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PAM FRAMPTON: Through the looking glass

One of many weddings we witnessed as tourists in Cefalu, Sicily, in 2015. By the end of the vacation I was feeling like a wedding photographer. — Pam Frampton/The Telegram
One of many weddings we witnessed as tourists in Cefalù, Sicily, in 2015. By the end of the vacation I was feeling like a wedding photographer. — Pam Frampton/The Telegram

“Why, sometimes I've believed as many as six impossible things before breakfast.” — The White Queen from “Through the Looking Glass” by Lewis Carroll

•••

When the man walking towards me suddenly switched to the other side of the street to avoid crossing paths, my first thought was to be offended.

Fighting my way through the stinging wind with the dog was bad enough. His action felt like an affront.

Then I realized it was an act of kindness, and I smiled at him for his generosity in physically distancing himself from me in the midst of a pandemic.

These are strange times, and sometimes, walking outside and letting your mind clear itself of troubling things for a few minutes, you forget how things are.

I see fewer people on my walks these days, with many of us sticking mostly to the safety of our homes and obeying government orders to self-isolate.

But when I do come upon other people, we seem to smile more readily at one another, we are so glad to see anyone at all.

The grocery store is another matter, where occasional trips for food and other supplies now feel like forays into a danger zone. What bizarre world is this, where we skirt around each other in the bakery and the meat aisle, as if every one of us is potentially an envoy from COVID-19 HQ?

Which, of course, we are.

It feels like dog eat dog and every woman and man for themselves, each one out trying to score some Lysol wipes and hand sanitizer and the devil take the hindmost.

What bizarre world is this, where we skirt around each other in the bakery and the meat aisle, as if every one of us is potentially an envoy from COVID-19 HQ?

Of course, it isn’t really like that. People have been committing wonderful acts of kindness amid the stress and fear. Neighbours helping neighbours, strangers being considerate of strangers. Children teaching grandparents how to use technology so they can stay in touch. People putting teddy bears and rainbows in their windows and reading storybooks over the internet to keep children occupied.

When I’m feeling most closed in and claustrophobic, as another winter storm batters the windows with the clatter of sleet, I think of the many examples we can find every day of the generosity of the human spirit. And how, though it may feel like we’ve gone through the looking glass right now, we will come out the other side.

And I let my mind wander to happier times.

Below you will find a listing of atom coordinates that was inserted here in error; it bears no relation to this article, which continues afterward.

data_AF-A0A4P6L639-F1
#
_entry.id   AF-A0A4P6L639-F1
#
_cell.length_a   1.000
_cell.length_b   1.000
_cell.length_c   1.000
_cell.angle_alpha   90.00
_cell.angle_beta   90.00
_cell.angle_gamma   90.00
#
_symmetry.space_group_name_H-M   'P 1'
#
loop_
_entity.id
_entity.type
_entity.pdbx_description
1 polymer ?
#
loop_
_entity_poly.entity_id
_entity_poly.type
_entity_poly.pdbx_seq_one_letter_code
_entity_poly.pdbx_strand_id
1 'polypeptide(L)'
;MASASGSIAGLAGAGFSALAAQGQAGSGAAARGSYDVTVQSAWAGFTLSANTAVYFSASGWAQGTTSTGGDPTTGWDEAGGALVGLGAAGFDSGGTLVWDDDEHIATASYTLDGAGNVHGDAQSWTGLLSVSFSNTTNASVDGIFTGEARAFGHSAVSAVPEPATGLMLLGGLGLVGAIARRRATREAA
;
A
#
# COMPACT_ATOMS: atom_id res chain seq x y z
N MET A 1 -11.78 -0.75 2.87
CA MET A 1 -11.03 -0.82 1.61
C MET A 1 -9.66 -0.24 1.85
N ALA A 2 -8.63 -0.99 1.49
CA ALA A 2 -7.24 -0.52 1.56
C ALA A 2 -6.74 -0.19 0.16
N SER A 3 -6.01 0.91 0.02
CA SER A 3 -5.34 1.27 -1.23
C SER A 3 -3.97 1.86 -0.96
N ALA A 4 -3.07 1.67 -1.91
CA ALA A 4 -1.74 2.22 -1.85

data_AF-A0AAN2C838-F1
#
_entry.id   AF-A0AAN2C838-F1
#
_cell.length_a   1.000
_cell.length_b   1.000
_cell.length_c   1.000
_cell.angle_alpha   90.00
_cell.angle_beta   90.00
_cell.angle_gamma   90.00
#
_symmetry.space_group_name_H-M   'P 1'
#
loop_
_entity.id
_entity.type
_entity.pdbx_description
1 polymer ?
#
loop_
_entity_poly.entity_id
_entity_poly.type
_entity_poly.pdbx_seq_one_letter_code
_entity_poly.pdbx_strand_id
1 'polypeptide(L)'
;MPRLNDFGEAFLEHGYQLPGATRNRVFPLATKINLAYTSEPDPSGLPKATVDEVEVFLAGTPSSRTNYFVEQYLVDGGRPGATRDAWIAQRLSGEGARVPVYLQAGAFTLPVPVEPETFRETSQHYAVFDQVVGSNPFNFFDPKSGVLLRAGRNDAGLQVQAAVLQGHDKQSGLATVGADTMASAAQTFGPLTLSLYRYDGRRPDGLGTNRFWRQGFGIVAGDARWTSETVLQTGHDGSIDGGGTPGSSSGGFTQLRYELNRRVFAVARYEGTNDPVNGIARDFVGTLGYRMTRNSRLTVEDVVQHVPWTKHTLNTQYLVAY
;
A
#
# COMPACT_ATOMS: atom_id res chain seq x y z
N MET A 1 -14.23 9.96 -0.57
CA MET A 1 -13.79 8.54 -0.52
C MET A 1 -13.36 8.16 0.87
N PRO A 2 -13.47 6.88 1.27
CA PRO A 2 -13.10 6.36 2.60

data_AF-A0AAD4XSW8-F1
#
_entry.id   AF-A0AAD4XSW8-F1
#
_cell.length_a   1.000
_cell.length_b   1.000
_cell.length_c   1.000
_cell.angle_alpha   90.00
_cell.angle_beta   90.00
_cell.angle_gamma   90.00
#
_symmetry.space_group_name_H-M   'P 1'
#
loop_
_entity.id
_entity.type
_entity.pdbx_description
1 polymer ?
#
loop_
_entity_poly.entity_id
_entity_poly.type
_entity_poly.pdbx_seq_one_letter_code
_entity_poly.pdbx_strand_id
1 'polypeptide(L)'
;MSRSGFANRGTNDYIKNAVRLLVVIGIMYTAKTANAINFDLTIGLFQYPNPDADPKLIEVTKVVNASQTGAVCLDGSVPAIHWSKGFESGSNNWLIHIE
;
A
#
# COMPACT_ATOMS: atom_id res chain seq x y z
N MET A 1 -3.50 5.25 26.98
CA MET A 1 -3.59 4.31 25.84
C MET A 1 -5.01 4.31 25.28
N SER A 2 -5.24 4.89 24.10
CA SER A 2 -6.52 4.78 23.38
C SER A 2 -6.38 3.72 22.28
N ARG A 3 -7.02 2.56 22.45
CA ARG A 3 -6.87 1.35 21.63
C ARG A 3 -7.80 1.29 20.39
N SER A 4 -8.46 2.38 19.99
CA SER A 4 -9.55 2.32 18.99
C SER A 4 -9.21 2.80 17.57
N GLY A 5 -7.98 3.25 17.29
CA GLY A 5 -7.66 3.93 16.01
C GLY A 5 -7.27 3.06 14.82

2015: Cefalù, Sicily. It is a warm evening in this coastal city and my husband and I are reluctant to leave the beautiful square where we sit every night and drink wine and bask in the wonder of a climate where it’s 10:30 p.m. and no jacket is required.

We have been in this piazza for many meals and we’ve witnessed many joyful weddings, with smiling guests spilling out of the 12th-century Norman cathedral, making the cobblestones ring with laughter and music and the sound of clinking glasses.

The cathedral and piazza at the heart of Cefalù, Sicily. — Pam Frampton/The Telegram
The cathedral and piazza at the heart of Cefalù, Sicily. — Pam Frampton/The Telegram

In the daytime, this heart of the city is dominated by a group of older men — regulars, who we imagine are Mafioso, here in this place where tourist trinkets often play up Sicily’s reputation as home of the Cosa Nostra. They sit at a prime table in the upper left quadrant in the shadow of the Duomo di Cefalù, as their grandchildren play, chasing each other, weaving in among tables.

We have spent two glorious weeks, sitting on our balcony each day at sundown and watching the light cross the face of La Rocca, the tree-fringed peak that dominates the town. We watch as it turns from gold to pale pink, from rose to bruised purple to black.

On our final night, the waiters in the square embrace us. They are sad to see us go, as we are sad to leave.

Looking back at them through the prism of these lonely times, when we cannot hug our friends or kiss our aged parents in nursing homes, or even high-five our colleagues, I hold on tightly to my faith that those halcyon days will return.

That someday, we will emerge, and this strange world will be part of our past.

Pam Frampton is The Telegram’s managing editor. Email pamela.frampton@thetelegram.com. Twitter: pam_frampton


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